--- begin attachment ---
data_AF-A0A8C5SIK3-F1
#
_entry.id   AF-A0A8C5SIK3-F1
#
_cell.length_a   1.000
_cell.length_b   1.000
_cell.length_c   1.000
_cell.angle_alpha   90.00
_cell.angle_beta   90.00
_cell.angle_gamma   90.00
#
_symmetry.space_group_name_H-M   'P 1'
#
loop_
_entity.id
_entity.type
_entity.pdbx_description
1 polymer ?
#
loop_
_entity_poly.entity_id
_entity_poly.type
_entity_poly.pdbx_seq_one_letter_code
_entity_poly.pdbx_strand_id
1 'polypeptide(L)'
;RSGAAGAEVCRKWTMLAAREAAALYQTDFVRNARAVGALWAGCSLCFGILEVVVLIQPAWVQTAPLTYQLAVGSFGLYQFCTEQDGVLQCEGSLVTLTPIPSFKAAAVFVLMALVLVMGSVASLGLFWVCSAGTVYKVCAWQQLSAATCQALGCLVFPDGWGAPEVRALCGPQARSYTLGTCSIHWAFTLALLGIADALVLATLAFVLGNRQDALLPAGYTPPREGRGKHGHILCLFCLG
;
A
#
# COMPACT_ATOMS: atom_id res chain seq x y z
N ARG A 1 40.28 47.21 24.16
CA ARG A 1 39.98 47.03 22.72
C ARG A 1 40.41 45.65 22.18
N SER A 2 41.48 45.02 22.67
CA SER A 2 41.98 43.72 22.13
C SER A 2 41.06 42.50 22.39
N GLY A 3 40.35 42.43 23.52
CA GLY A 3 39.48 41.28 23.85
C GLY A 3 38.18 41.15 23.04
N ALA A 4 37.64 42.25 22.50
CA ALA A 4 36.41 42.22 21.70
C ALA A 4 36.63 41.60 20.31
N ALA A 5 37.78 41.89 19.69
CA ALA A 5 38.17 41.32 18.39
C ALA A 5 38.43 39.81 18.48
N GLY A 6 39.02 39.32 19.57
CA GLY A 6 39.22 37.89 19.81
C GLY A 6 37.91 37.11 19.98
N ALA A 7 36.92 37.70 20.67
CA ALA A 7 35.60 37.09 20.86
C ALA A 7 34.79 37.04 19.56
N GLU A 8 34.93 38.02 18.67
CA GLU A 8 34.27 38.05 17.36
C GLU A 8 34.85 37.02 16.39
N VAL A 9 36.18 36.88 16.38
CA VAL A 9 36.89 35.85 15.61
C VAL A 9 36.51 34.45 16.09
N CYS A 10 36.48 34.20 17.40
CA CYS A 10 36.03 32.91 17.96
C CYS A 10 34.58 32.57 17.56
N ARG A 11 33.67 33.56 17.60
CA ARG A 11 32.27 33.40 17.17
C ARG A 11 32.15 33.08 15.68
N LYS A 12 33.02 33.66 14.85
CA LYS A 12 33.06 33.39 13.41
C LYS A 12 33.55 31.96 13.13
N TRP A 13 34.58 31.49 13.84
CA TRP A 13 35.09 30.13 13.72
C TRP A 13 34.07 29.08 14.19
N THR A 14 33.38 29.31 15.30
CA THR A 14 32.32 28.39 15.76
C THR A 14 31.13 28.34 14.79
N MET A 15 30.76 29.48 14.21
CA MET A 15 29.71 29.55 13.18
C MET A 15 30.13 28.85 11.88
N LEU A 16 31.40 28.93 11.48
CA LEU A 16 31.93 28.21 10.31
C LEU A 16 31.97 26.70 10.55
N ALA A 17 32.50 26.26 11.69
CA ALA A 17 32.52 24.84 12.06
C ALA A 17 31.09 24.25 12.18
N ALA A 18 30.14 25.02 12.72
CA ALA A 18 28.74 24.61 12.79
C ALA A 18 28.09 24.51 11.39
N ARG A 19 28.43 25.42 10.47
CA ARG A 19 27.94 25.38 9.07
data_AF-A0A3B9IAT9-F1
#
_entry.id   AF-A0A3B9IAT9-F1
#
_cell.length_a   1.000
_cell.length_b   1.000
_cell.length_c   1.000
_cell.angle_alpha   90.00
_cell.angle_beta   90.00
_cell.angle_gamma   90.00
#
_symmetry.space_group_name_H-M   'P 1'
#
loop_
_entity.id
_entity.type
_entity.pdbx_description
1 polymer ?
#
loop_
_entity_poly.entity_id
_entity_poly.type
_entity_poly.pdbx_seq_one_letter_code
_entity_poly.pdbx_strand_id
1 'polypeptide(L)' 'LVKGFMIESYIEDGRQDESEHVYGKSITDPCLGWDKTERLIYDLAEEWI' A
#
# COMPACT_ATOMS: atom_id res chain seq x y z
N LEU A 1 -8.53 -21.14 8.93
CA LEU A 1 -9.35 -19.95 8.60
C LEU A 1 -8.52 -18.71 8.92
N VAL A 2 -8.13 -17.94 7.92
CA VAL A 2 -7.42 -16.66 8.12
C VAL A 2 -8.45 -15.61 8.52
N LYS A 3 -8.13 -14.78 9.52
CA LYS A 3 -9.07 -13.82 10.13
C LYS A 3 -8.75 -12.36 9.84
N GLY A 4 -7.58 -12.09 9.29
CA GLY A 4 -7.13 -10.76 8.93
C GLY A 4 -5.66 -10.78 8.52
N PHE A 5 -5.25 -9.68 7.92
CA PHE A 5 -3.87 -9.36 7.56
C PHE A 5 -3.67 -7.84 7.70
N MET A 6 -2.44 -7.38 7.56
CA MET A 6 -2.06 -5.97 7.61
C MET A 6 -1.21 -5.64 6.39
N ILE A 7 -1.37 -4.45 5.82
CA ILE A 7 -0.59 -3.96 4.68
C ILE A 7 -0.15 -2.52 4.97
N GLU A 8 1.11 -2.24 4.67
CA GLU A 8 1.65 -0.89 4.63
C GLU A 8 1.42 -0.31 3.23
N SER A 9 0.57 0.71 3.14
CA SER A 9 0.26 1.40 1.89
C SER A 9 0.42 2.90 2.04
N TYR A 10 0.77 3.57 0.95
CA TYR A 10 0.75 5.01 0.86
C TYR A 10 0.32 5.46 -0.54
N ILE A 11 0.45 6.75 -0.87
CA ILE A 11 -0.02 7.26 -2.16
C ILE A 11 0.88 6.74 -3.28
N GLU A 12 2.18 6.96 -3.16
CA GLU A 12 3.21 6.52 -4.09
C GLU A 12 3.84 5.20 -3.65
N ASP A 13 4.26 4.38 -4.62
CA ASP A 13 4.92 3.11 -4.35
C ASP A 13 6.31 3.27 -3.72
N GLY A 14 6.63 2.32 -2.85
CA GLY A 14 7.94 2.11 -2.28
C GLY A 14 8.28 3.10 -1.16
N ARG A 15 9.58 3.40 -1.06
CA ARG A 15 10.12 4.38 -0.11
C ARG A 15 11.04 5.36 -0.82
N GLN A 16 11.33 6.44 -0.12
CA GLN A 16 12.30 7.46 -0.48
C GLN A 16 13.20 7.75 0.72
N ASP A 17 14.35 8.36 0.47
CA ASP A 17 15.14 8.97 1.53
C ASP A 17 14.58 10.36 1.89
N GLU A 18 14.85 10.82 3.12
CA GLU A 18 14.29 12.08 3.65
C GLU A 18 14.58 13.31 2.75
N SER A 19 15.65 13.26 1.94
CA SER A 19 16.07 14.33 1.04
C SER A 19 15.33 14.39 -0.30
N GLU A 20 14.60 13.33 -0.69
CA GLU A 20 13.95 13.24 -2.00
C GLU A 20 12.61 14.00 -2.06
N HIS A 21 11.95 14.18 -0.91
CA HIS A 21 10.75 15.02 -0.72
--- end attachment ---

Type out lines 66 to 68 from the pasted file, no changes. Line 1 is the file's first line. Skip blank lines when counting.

C LYS A 12 33.55 31.96 13.13
N TRP A 13 34.58 31.49 13.84
CA TRP A 13 35.09 30.13 13.72